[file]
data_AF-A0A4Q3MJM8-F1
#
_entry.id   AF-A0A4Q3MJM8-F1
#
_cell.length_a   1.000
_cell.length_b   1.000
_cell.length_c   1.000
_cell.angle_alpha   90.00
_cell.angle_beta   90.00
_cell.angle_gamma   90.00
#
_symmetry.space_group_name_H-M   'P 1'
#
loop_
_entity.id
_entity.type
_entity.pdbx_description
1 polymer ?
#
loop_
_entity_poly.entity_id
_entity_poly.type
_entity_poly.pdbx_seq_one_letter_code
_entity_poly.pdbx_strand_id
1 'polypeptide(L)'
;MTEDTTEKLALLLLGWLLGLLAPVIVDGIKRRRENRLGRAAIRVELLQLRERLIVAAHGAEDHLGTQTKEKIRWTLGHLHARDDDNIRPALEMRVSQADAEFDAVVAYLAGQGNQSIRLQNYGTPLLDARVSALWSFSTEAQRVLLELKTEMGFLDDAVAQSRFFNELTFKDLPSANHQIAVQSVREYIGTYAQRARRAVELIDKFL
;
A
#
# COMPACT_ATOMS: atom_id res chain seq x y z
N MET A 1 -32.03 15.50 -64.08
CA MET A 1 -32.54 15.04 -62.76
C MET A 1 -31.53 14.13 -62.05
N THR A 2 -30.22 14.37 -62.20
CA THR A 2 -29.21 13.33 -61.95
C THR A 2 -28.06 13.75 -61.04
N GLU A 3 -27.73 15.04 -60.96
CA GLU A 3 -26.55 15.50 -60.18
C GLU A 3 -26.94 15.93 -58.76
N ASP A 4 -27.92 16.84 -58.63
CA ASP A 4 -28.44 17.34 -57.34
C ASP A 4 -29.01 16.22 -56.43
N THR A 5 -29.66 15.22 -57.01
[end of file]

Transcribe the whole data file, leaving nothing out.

data_AF-A0A4Q3MJM8-F1
#
_entry.id   AF-A0A4Q3MJM8-F1
#
_cell.length_a   1.000
_cell.length_b   1.000
_cell.length_c   1.000
_cell.angle_alpha   90.00
_cell.angle_beta   90.00
_cell.angle_gamma   90.00
#
_symmetry.space_group_name_H-M   'P 1'
#
loop_
_entity.id
_entity.type
_entity.pdbx_description
1 polymer ?
#
loop_
_entity_poly.entity_id
_entity_poly.type
_entity_poly.pdbx_seq_one_letter_code
_entity_poly.pdbx_strand_id
1 'polypeptide(L)'
;MTEDTTEKLALLLLGWLLGLLAPVIVDGIKRRRENRLGRAAIRVELLQLRERLIVAAHGAEDHLGTQTKEKIRWTLGHLHARDDDNIRPALEMRVSQADAEFDAVVAYLAGQGNQSIRLQNYGTPLLDARVSALWSFSTEAQRVLLELKTEMGFLDDAVAQSRFFNELTFKDLPSANHQIAVQSVREYIGTYAQRARRAVELIDKFL
;
A
#
# COMPACT_ATOMS: atom_id res chain seq x y z
N MET A 1 -32.03 15.50 -64.08
CA MET A 1 -32.54 15.04 -62.76
C MET A 1 -31.53 14.13 -62.05
N THR A 2 -30.22 14.37 -62.20
CA THR A 2 -29.21 13.33 -61.95
C THR A 2 -28.06 13.75 -61.04
N GLU A 3 -27.73 15.04 -60.96
CA GLU A 3 -26.55 15.50 -60.18
C GLU A 3 -26.94 15.93 -58.76
N ASP A 4 -27.92 16.84 -58.63
CA ASP A 4 -28.44 17.34 -57.34
C ASP A 4 -29.01 16.22 -56.43
N THR A 5 -29.66 15.22 -57.01